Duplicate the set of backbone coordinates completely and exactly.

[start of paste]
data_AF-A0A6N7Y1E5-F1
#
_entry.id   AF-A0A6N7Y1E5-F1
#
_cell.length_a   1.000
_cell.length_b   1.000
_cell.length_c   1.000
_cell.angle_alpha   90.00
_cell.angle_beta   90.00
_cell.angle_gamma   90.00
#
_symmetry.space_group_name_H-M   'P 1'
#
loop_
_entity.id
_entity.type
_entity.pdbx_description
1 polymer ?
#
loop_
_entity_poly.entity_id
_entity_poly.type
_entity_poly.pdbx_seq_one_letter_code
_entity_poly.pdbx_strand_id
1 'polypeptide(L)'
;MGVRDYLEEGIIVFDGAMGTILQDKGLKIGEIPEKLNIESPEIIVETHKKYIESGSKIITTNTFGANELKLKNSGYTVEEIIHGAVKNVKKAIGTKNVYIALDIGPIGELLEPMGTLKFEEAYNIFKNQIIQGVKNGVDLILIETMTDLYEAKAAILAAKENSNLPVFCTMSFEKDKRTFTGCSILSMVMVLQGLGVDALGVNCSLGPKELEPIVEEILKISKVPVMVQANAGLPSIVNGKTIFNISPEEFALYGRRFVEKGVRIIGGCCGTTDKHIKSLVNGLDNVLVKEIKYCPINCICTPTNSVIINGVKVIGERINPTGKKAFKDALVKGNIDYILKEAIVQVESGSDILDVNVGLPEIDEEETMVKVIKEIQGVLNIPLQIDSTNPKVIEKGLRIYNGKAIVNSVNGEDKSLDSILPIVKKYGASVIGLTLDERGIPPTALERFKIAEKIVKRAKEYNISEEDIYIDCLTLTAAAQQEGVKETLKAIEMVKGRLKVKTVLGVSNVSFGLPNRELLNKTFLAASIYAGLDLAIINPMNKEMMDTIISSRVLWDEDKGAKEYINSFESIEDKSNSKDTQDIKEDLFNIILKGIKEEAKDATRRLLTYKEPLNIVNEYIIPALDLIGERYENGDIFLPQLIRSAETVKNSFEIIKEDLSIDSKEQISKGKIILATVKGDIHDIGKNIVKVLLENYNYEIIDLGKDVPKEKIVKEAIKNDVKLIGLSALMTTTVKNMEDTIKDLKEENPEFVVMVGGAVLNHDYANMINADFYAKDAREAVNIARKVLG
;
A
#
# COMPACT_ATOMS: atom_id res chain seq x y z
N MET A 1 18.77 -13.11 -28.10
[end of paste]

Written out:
data_AF-A0A6N7Y1E5-F1
#
_entry.id   AF-A0A6N7Y1E5-F1
#
_cell.length_a   1.000
_cell.length_b   1.000
_cell.length_c   1.000
_cell.angle_alpha   90.00
_cell.angle_beta   90.00
_cell.angle_gamma   90.00
#
_symmetry.space_group_name_H-M   'P 1'
#
loop_
_entity.id
_entity.type
_entity.pdbx_description
1 polymer ?
#
loop_
_entity_poly.entity_id
_entity_poly.type
_entity_poly.pdbx_seq_one_letter_code
_entity_poly.pdbx_strand_id
1 'polypeptide(L)'
;MGVRDYLEEGIIVFDGAMGTILQDKGLKIGEIPEKLNIESPEIIVETHKKYIESGSKIITTNTFGANELKLKNSGYTVEEIIHGAVKNVKKAIGTKNVYIALDIGPIGELLEPMGTLKFEEAYNIFKNQIIQGVKNGVDLILIETMTDLYEAKAAILAAKENSNLPVFCTMSFEKDKRTFTGCSILSMVMVLQGLGVDALGVNCSLGPKELEPIVEEILKISKVPVMVQANAGLPSIVNGKTIFNISPEEFALYGRRFVEKGVRIIGGCCGTTDKHIKSLVNGLDNVLVKEIKYCPINCICTPTNSVIINGVKVIGERINPTGKKAFKDALVKGNIDYILKEAIVQVESGSDILDVNVGLPEIDEEETMVKVIKEIQGVLNIPLQIDSTNPKVIEKGLRIYNGKAIVNSVNGEDKSLDSILPIVKKYGASVIGLTLDERGIPPTALERFKIAEKIVKRAKEYNISEEDIYIDCLTLTAAAQQEGVKETLKAIEMVKGRLKVKTVLGVSNVSFGLPNRELLNKTFLAASIYAGLDLAIINPMNKEMMDTIISSRVLWDEDKGAKEYINSFESIEDKSNSKDTQDIKEDLFNIILKGIKEEAKDATRRLLTYKEPLNIVNEYIIPALDLIGERYENGDIFLPQLIRSAETVKNSFEIIKEDLSIDSKEQISKGKIILATVKGDIHDIGKNIVKVLLENYNYEIIDLGKDVPKEKIVKEAIKNDVKLIGLSALMTTTVKNMEDTIKDLKEENPEFVVMVGGAVLNHDYANMINADFYAKDAREAVNIARKVLG
;
A
#
# COMPACT_ATOMS: atom_id res chain seq x y z
N MET A 1 18.77 -13.11 -28.10